The world’s largest trade fair is going online, and the salespeople of Ningbo MH Industry have been drafted in to livestreaming bootcamp.
Carefully selected for English skills and winning personality, a few dozen budding influencers from the east-coast textile firm are being drilled to undergo an experiment unprecedented in the history of the Canton Fair.
The twice-annual trade meeting in the southern megacity of Guangzhou usually sees more than 200,000 foreign buyers cram into its exhibition halls, but this year the coronavirus has made that impossible.
Instead, the government has hired Tencent Holdings Ltd. to lay out a massive online livestream architecture to enable the same sort of interaction without the physical presence.
Spurred by the booming culture for live video merchandising in China, Canton Fair organizers went virtual, and it’s for this that Ningbo MH’s employees are training, with newly purchased video equipment, soft lighting and catchy welcome lines.
“With the lockdown everywhere in the world, we haven’t met with any clients since January,” said Wendy Ma, marketing manager at Ningbo MH. “We hope to tell them that we’re still here and please don’t forget us.”
Amid the novelty of the virtual surroundings, the stakes for many of China’s exporters couldn’t be higher. The collapse in global trade since the first quarter and the surge in unemployment at home mean that executives may not have the time to wait for re-openings in Europe and the U.S. to spur business again, and the online fair is a chance to make sales now.
“China’s exports are facing great downward pressure this year, as global demand is weakening due to the pandemic, coupled with the anti-globalization trend,” said Wang Youxin, a researcher at the Bank of China Institute of International Finance in Beijing.
A new way of selling
This year’s fair starts on June 15, and will feature the same range of consumer and industrial goods that usually stack the halls in the city’s exhibition grounds, just this time back in the warehouses and showrooms of the roughly 25,000 exhibitors across the country.
From power banks to hot tubs, from Christmas decorations to pallet jacks, from baby toys to pet food, many of the wares end up in big-box stores like those of Walmart and Costco as well as smaller retailers around the world.
In the online version, visitors begin their journey through the fair in a virtual “hall” packed with livestreaming sessions and company booths. Buyers with specific needs can navigate categories or search the exhibitors. The good news is less foot fatigue for visitors; the downside is no physical interaction with the merchandise.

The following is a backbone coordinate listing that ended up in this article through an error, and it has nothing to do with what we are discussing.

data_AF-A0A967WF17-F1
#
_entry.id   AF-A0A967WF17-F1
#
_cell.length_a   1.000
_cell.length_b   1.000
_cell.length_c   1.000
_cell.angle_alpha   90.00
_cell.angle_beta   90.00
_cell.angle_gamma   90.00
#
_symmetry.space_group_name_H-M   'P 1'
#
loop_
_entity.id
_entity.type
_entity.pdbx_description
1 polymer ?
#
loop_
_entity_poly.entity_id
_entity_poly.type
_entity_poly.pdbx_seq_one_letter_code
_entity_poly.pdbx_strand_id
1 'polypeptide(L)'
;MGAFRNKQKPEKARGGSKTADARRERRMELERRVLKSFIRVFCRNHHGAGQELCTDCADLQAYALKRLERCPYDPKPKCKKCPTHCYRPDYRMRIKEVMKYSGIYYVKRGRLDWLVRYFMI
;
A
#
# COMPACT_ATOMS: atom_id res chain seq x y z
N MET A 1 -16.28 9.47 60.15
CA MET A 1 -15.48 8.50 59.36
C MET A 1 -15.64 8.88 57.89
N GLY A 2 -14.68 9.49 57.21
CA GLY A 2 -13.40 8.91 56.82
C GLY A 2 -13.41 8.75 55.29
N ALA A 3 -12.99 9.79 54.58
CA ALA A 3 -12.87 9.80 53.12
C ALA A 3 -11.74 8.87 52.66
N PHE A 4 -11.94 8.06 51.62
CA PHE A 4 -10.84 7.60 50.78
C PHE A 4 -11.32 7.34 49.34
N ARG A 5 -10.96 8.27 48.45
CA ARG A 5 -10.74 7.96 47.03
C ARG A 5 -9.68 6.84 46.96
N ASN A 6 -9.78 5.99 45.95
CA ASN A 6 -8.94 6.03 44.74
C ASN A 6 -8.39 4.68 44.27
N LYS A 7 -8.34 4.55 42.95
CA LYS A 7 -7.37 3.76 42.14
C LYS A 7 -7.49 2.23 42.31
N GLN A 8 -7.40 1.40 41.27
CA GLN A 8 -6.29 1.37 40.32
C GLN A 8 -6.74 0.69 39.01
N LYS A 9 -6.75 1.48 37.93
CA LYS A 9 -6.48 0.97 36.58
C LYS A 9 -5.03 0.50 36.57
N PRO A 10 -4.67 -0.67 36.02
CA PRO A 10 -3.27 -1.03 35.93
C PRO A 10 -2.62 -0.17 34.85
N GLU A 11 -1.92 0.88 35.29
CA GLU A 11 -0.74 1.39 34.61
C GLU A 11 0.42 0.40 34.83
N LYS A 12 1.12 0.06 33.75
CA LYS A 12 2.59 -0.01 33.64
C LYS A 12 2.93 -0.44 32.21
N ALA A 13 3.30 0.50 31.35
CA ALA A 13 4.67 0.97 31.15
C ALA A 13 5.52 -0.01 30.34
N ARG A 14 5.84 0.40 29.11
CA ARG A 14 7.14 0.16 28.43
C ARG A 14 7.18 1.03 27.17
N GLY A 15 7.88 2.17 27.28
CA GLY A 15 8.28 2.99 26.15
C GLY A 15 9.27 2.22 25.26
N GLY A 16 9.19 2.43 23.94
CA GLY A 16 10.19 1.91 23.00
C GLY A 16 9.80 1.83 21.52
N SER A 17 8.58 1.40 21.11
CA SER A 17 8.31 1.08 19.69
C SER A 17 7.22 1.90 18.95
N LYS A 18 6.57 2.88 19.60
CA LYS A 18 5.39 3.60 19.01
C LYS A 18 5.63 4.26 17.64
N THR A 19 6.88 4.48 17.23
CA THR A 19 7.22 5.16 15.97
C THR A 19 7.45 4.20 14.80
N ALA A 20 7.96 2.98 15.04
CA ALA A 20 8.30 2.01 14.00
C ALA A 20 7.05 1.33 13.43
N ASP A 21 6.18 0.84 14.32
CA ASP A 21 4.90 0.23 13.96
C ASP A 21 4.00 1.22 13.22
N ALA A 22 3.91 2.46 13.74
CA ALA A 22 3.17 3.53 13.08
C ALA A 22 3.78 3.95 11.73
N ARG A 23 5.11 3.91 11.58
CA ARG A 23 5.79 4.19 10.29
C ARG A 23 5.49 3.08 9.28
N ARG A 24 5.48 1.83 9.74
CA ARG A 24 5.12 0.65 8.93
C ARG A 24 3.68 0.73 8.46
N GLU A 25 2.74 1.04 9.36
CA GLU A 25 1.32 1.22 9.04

Grace Gao, an export manager at Shandong Pangu Industrial, which makes tools like hammers and axes, has been busy preparing a virtual-reality video that showcases the factory and workers. The company also plans to feature five broadcasters to go live nonstop, ready to serve clients in any time zone.
“In the past, prospective clients can only see our products. But this year, via the online tools, they will instantly see our work environment,” said Gao. “This may foster trust more quickly.”
Tech giant Tencent was appointed to design the infrastructure in mid-April. By then it was evident that the disease outbreak was gripping the entire world, making any physical trade fair out of the question.
The Shenzhen-based company uses its cloud and conferencing technology to enable matchmaking, presentations, negotiation and contracting. Besides livestreaming, buyers and exporters can use instant messaging to connect confidentially, and it also provides real-time translation services.
“Digital technology can greatly improve the flexibility, stability, and efficiency of exhibitions and reduce labor costs,” said Rita Zeng, vice president of Tencent Cloud. “A cloud fair is a new way to stabilize foreign trade.”
Some companies are going to great lengths to adapt to the new format. In Guangdong province, Lisa Song, an export director for an aluminum profile factory, said her firm has adopted traditional Chinese aesthetics for the online showroom.
While such a backdrop, with paintings, calligraphy and traditional costumes, would be rare in the functional exhibition hall, it may represent the emerging standard for online trade fairs.
It also poses an existential threat to the old model where buyers flew around the globe to meet producers, a practice that was already dented by the rise of online merchandising.
“When our clients have concerns, they can’t get a flight ticket immediately,” Song said. “In the future, we can do live chats in our showroom. The Canton Fair just pulled the trigger for us to start to try.”
This article is published under license from Bloomberg Media: the original article can be viewed here